Updated: Feb 26, 2020
It all started with an adaptation customized just for them...
Jennifer Mounce, of North Carolina, recently reported back to us regarding the success of her group’s production of Much Ado About Nothing. Jennifer is a homeschool mom of five, and member of a five family homeschool co-op. They cover history, science, writing, art, and music as a group. Every spring their co-op produces a Shakespeare play.
This past winter they chose to work with a Kids Love Shakespeare customized version of Much Ado About Nothing. Jennifer explains, “We chose Kids Love Shakespeare for two reasons: 1. I personally love Much Ado and (Kids Love Shakespeare was) about the only one with a usable version. 2. (Marieka) was so willing to work with us. The script fit us perfectly because it was customized to our group. That is what made it such a stellar performance.” Because the ages of Jennifer’s group’s actors ranged from 4 – 15 years, the customized script enabled every actor to participate at an appropriate level. It provided a few simple lines for the 4 year old, while giving a few longer excerpts of original Shakespearean text to the older students.
“The script fit us perfectly because it was customized to our group. That is what made it such a stellar performance.”
Their process as an entire cast was fairly short. Students were given their parts in March and spent the next two months memorizing their lines with their individual families at home. In May, the group came together for three weeks and a total of eleven rehearsals. For this particular group, Jennifer reflects, “it was the perfect amount of time.” She also recommends, if it is possible, to give scripts to students early for memorization. It “allowed us to use our rehearsals more effectively… there was very little forgetting of lines. We were able to stage and block quickly… It took a lot of the headache out of the whole process.”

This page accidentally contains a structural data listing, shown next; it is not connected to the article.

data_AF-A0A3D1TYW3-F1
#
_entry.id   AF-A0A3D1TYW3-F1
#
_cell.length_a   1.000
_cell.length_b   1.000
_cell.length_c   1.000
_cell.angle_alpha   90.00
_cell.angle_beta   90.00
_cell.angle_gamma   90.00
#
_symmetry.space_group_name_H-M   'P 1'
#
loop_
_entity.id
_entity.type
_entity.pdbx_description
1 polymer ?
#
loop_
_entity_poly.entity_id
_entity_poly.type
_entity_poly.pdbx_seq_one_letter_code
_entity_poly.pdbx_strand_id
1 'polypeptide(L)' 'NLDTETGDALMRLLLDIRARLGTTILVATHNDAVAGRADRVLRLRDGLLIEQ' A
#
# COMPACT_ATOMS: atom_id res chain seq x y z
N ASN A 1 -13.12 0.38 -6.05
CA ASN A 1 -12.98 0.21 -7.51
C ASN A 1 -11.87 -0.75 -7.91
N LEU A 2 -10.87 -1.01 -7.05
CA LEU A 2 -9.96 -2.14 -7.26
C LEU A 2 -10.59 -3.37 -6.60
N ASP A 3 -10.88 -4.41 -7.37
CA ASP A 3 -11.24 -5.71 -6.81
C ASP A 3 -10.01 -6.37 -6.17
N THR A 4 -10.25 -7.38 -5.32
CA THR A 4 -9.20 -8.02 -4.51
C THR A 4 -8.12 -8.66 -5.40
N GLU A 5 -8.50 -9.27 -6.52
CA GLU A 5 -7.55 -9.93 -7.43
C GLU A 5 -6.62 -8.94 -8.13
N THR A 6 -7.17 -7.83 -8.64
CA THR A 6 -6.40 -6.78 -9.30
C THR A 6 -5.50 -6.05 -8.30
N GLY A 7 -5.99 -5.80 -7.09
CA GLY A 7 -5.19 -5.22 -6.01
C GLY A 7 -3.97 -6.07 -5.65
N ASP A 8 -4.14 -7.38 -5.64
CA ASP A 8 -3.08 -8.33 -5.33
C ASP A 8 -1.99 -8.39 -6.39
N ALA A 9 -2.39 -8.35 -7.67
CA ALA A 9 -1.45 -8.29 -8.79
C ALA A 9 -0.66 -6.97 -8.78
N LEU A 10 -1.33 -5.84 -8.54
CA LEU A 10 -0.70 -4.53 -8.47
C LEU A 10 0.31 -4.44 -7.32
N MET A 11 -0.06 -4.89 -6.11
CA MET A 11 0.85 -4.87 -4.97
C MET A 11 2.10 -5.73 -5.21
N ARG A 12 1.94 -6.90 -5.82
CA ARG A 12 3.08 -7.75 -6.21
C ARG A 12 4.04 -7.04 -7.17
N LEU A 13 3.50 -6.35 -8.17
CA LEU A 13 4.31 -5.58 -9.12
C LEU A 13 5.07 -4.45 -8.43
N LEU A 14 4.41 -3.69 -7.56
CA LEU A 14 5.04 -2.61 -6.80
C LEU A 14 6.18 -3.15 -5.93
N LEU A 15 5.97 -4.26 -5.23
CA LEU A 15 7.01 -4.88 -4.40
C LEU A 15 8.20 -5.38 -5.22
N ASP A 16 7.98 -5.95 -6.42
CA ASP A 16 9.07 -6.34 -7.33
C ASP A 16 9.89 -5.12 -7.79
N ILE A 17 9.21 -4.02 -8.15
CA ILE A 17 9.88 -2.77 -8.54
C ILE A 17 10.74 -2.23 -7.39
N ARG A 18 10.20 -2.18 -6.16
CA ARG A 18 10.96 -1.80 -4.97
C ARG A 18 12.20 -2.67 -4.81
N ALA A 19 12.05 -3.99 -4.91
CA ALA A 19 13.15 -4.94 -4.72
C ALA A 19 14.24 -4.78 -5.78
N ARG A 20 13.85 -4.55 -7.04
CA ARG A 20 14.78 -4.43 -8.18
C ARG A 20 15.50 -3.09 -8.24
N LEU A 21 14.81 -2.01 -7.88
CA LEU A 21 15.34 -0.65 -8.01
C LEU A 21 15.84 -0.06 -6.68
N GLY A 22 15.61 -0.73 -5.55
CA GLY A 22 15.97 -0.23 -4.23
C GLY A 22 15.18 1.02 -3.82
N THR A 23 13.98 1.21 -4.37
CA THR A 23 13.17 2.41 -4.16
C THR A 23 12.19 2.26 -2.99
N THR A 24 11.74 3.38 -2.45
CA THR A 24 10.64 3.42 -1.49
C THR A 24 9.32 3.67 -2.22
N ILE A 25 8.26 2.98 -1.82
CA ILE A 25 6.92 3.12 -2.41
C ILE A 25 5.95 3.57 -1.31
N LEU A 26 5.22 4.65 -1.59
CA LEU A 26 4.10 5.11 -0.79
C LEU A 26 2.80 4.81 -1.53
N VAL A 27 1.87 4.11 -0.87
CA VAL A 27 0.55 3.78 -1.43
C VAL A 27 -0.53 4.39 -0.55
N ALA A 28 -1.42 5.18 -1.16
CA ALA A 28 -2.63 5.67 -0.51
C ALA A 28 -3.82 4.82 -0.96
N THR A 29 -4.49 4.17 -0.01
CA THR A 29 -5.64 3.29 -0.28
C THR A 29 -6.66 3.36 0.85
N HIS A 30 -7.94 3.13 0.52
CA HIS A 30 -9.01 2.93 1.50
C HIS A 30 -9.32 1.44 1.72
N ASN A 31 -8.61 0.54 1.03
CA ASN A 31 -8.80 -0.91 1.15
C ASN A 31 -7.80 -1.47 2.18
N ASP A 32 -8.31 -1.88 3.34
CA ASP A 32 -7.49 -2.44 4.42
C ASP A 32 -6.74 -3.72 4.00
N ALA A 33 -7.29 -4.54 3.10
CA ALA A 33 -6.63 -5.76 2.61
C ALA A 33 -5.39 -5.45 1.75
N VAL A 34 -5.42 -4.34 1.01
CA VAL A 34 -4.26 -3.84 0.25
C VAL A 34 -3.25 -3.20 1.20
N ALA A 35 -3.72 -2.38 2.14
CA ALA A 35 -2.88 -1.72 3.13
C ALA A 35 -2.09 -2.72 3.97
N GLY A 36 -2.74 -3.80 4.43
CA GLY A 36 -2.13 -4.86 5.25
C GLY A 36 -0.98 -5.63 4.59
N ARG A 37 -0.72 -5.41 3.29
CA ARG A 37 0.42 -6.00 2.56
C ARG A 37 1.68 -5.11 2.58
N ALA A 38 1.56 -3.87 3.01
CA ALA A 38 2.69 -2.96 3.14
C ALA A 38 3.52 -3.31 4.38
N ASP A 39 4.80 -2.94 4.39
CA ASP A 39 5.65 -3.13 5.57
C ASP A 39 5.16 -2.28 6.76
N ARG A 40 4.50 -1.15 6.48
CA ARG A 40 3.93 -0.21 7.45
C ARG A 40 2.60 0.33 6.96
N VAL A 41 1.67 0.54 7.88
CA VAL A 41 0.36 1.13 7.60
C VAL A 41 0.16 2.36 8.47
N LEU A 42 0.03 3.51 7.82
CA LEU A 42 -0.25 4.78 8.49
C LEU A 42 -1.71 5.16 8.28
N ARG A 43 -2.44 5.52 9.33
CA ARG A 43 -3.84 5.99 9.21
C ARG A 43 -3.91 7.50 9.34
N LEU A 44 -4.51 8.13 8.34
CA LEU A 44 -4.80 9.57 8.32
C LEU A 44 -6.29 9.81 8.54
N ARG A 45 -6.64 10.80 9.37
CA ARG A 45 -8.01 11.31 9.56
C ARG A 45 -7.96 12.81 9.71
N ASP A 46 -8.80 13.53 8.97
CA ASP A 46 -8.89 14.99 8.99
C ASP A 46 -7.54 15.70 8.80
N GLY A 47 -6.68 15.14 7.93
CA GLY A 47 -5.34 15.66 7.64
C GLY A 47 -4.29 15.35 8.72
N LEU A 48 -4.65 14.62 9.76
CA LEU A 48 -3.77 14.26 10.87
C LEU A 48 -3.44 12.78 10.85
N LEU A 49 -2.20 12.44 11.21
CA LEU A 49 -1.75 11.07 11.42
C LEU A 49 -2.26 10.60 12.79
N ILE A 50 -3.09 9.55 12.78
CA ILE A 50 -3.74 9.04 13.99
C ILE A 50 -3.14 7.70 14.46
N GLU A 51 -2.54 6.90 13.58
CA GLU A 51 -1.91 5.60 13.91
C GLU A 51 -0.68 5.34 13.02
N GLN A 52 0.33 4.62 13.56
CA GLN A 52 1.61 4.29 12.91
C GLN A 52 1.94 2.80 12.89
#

This particular production was truly a community effort. The five families in the co-op split the cost of the customization. Each family was responsible for costuming their own actors and they had “wonderful grandparents” who created their set. Some of the students helped with costumes and one planned and printed the program.
After a few months of intense work, the group performed once for about fifty audience members. The audience was made up primarily of family and friends but included a few outside community members. Jennifer shares that her favorite memory was watching her students perform in front of a laughing audience. “They had been warned this would happen, but it was hilarious to watch. The kids really fed off the audience in a way I had never seen them (do) before.” Here major regret is that they did not play to perform the play more than once.
The student involved in the production had experience with Shakespeare in the past (having done Macbeth and Hamlet in previous